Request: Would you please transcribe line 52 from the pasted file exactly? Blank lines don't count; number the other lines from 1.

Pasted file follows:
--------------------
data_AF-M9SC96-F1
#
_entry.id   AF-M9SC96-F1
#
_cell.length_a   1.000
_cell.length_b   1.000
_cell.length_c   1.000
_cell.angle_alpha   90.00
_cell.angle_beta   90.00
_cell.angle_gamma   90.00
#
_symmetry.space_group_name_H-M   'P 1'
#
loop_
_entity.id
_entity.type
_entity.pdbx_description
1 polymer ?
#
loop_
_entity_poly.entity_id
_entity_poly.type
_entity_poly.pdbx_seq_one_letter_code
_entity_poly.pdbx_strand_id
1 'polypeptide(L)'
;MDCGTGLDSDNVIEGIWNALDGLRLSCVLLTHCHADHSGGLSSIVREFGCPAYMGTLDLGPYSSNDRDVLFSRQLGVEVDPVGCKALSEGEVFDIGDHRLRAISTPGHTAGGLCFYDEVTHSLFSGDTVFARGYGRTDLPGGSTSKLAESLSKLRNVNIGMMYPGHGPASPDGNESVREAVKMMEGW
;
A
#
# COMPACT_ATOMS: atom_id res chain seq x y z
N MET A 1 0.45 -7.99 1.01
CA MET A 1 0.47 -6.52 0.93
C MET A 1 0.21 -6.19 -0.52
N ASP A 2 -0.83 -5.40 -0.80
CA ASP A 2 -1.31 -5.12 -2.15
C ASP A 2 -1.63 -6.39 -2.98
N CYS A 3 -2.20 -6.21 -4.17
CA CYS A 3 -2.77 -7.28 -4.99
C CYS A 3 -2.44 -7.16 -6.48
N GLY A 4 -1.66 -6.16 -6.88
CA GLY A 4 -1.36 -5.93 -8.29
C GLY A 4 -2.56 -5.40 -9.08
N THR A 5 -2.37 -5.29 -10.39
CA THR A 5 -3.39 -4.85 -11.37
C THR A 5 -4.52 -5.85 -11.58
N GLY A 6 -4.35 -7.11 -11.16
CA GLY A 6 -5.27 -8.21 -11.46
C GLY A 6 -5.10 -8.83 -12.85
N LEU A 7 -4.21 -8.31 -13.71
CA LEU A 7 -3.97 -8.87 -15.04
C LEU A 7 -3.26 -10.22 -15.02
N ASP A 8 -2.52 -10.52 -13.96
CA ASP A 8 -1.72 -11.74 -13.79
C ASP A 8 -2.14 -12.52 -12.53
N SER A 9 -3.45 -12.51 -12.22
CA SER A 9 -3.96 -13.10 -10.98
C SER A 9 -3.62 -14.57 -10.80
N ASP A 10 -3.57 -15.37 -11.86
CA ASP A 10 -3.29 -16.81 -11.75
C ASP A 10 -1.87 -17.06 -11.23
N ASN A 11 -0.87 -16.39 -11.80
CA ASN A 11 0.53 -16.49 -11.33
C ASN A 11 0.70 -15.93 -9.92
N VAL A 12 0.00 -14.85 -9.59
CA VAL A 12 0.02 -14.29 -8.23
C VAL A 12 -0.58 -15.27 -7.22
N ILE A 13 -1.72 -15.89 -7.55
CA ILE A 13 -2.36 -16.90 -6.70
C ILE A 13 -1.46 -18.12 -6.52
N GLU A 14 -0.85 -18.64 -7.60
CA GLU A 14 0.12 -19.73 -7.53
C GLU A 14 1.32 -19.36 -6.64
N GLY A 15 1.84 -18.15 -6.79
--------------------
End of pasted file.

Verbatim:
N ASP A 8 -2.52 -10.52 -13.96